Olivia Drake, one of three nurses on duty in the emergency department tonight as well as the charge nurse, popped her head into the treatment room. She also happened to be Victoria’s best friend. It was at Liv’s behest that six months ago Vic and her wife had made the move from the bustle and growing violence of Chicago to Traverse City—the city by the bay, the gateway to northern Michigan. Because of its location, Munson ER took in all serious trauma cases from the northern half of the state. It was the only Level II trauma center north of Grand Rapids, something that very much appealed to Vic. She wasn’t at a point in her career where she wanted a sleepy town and a tiny hospital that closed its doors at sundown, but there was no question she was enjoying the reprieve from the daily avalanche of gunshot wounds and stabbings. Steady but controlled was how she liked her chaos, and that was pretty much what she got at Munson.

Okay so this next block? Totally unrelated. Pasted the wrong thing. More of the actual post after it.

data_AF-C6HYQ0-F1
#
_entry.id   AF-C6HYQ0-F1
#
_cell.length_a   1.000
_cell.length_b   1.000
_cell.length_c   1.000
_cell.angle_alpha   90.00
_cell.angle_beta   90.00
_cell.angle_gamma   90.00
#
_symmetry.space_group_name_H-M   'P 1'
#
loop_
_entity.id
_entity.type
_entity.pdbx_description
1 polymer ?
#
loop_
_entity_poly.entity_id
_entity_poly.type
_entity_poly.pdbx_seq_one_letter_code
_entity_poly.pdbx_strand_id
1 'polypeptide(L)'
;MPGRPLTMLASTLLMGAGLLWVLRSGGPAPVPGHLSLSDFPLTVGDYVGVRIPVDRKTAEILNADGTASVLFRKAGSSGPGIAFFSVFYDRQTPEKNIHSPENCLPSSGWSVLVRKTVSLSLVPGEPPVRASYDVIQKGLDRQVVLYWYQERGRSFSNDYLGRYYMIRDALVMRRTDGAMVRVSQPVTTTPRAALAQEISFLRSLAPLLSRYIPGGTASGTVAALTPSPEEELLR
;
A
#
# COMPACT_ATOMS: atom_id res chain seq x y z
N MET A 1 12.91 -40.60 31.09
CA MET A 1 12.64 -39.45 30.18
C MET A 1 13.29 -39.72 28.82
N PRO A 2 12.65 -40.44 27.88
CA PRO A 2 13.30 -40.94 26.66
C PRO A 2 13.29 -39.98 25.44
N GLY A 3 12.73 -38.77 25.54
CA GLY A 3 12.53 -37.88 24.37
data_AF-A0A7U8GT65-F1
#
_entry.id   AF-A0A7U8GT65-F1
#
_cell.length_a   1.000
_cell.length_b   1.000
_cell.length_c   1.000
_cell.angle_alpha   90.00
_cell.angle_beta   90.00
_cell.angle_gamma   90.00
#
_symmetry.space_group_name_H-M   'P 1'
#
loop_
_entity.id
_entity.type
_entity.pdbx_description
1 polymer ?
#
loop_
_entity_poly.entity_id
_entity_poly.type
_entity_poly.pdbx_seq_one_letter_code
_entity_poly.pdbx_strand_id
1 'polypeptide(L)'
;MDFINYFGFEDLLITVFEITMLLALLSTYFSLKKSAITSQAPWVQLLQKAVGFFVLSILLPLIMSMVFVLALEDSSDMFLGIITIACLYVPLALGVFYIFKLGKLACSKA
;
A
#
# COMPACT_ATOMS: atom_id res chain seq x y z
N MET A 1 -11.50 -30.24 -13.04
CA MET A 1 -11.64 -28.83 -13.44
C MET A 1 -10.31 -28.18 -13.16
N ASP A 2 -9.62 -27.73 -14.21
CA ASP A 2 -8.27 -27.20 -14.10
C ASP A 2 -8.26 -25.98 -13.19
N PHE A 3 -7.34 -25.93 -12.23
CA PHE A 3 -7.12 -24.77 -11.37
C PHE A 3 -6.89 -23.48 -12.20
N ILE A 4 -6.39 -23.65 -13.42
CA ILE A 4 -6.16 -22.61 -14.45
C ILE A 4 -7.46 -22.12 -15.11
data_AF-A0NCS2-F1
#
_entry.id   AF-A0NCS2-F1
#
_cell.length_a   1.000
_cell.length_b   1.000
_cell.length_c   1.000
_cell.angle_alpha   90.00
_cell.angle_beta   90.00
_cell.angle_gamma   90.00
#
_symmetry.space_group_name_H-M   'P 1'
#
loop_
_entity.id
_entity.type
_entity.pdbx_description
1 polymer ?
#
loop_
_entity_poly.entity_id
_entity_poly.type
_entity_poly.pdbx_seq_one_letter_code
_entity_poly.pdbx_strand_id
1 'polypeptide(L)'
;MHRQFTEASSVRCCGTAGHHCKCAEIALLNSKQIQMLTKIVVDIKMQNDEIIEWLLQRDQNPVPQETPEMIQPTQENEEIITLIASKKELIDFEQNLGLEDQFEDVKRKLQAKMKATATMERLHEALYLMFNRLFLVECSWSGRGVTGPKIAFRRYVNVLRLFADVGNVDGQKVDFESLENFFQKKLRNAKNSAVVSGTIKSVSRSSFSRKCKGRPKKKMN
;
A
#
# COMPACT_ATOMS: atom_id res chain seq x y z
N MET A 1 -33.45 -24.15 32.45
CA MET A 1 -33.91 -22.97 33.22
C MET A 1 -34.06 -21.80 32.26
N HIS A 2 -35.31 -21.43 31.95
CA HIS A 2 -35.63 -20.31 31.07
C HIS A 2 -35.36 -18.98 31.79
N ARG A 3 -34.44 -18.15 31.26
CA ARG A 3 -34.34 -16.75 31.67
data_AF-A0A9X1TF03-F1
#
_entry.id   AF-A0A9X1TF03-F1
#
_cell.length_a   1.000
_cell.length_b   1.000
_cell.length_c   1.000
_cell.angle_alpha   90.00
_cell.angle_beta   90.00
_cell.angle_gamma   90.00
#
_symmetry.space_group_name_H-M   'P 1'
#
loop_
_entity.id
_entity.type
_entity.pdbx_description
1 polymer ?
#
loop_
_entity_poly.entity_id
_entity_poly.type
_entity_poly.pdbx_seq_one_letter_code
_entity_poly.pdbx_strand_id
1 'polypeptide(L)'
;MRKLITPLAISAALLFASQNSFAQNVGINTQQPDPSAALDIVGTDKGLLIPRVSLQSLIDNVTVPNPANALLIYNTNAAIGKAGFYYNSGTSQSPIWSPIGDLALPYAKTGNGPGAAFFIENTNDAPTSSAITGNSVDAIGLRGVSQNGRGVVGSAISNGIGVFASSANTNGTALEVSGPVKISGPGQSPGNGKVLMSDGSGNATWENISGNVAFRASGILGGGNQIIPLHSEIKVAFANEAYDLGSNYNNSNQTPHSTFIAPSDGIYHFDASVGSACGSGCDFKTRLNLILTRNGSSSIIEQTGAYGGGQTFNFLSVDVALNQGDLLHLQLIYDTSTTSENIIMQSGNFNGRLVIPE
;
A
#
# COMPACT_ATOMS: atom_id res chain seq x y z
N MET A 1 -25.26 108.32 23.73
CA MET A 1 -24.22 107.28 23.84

“EMS is bringing in two victims from a car crash. Priority Two.”
Non-life threatening but serious injuries. Vic relaxed a little. “How many minutes?”
She winked at her friend. “That gives me time to complete my notes on Wayne Gretzky here. Oh, and what about my confused lady in Four? Any results back yet?”
A seventy-year-old woman had come in an hour ago exhibiting confusion and complaining of general unwellness. She was running a slight temperature, and while it was probably a urinary tract infection, Vic had ordered a chest x-ray, head CT scan, blood and urine tests. If it wasn’t something sinister and if it wasn’t a UTI, her next guess was low blood sugar. Solving little mysteries like this were exactly the reason she had chosen a career in emergency medicine versus something cushier and with more tolerable hours, like radiology or dermatology.